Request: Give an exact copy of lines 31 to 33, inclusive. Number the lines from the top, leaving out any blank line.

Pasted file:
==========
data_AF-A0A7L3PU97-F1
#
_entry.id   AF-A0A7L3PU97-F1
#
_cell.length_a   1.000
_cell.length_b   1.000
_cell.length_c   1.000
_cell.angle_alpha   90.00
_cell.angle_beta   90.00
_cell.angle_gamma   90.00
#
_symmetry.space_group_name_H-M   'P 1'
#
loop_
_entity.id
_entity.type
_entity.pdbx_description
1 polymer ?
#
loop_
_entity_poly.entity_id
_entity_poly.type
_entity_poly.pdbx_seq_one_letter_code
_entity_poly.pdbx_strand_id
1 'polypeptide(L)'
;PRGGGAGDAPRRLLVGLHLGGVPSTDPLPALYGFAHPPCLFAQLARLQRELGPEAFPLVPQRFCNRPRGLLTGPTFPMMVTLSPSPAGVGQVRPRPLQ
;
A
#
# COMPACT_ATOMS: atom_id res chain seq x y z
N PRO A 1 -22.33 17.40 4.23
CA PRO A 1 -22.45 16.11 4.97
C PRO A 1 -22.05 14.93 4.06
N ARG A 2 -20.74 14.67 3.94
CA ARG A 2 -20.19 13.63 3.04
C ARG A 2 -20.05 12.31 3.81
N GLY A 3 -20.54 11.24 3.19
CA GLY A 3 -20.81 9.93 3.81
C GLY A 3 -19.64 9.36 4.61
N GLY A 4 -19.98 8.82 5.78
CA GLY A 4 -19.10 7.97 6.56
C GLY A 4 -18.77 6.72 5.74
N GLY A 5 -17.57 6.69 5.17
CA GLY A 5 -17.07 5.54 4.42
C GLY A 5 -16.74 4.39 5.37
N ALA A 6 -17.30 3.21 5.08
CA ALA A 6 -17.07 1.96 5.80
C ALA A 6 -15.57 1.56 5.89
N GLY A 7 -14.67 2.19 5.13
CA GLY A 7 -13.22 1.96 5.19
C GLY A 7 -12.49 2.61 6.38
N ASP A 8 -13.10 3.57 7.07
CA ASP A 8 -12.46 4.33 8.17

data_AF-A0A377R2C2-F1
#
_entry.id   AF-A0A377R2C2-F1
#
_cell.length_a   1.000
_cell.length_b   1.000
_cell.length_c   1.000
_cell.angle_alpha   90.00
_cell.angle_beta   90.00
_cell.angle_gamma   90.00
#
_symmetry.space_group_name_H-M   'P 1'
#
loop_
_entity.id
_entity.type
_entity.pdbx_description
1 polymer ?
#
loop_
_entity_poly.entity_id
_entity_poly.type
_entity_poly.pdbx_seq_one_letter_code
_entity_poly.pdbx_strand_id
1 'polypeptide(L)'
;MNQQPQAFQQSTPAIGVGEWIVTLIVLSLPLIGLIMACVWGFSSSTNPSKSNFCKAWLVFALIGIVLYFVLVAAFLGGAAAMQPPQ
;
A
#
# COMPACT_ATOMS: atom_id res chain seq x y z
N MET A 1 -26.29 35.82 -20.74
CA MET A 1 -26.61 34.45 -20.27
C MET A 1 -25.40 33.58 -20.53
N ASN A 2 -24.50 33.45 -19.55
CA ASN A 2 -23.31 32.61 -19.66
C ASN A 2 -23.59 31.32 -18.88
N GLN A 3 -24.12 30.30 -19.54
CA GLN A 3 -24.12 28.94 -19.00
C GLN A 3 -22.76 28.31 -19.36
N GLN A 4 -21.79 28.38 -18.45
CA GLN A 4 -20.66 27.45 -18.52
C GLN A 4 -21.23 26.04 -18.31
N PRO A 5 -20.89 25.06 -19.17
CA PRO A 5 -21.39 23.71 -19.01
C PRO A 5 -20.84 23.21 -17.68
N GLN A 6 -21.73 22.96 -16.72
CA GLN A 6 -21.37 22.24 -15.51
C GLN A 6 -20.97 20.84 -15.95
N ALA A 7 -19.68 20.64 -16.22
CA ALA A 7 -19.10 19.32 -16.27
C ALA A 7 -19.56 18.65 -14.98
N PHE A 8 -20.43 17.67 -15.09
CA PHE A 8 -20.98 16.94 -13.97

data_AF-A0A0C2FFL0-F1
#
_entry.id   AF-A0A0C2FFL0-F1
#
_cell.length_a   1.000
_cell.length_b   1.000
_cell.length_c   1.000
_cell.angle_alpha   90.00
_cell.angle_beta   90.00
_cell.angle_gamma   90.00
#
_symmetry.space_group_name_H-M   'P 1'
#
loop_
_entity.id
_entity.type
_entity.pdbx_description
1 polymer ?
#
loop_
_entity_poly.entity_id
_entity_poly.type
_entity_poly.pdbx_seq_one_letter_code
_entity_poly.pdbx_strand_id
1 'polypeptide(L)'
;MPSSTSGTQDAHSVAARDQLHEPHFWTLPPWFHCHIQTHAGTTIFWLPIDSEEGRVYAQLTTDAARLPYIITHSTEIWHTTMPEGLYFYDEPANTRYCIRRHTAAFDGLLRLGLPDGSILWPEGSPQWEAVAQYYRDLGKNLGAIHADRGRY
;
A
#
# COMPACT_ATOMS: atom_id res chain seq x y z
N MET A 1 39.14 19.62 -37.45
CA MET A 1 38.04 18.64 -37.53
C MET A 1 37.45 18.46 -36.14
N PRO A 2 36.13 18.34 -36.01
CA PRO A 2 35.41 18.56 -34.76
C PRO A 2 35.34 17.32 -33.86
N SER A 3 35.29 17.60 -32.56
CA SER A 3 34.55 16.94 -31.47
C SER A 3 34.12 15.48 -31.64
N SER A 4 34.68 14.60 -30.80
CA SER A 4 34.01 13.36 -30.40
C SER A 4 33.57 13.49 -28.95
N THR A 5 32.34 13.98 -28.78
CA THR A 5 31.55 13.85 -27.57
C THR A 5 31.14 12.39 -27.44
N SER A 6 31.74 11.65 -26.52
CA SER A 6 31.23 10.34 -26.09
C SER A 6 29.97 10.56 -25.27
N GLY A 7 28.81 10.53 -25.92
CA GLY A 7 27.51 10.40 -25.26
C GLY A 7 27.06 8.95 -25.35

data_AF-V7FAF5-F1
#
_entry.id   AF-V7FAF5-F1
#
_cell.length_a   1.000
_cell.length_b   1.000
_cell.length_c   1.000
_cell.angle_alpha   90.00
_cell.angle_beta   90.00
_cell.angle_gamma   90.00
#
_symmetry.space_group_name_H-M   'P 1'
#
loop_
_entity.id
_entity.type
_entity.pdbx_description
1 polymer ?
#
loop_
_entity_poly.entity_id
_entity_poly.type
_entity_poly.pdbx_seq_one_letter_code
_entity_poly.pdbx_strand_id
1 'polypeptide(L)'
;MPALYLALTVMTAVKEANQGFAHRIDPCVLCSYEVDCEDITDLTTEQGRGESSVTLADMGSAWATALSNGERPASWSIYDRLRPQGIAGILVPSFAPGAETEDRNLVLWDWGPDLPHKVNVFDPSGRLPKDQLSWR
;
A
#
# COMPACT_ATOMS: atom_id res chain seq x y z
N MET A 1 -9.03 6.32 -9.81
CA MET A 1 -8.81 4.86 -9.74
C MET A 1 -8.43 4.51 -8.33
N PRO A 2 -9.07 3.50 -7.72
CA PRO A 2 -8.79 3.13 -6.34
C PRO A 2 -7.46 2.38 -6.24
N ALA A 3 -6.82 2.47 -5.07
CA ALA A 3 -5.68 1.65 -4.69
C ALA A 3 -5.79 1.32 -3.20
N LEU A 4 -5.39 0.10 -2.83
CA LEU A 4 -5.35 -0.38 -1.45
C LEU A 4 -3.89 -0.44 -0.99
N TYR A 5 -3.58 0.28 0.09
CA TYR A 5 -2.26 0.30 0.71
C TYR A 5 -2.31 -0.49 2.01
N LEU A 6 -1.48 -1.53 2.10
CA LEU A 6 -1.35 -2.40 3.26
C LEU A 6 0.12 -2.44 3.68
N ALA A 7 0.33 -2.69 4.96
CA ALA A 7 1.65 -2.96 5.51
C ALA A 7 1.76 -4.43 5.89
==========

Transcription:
N PRO A 1 -22.33 17.40 4.23
CA PRO A 1 -22.45 16.11 4.97
C PRO A 1 -22.05 14.93 4.06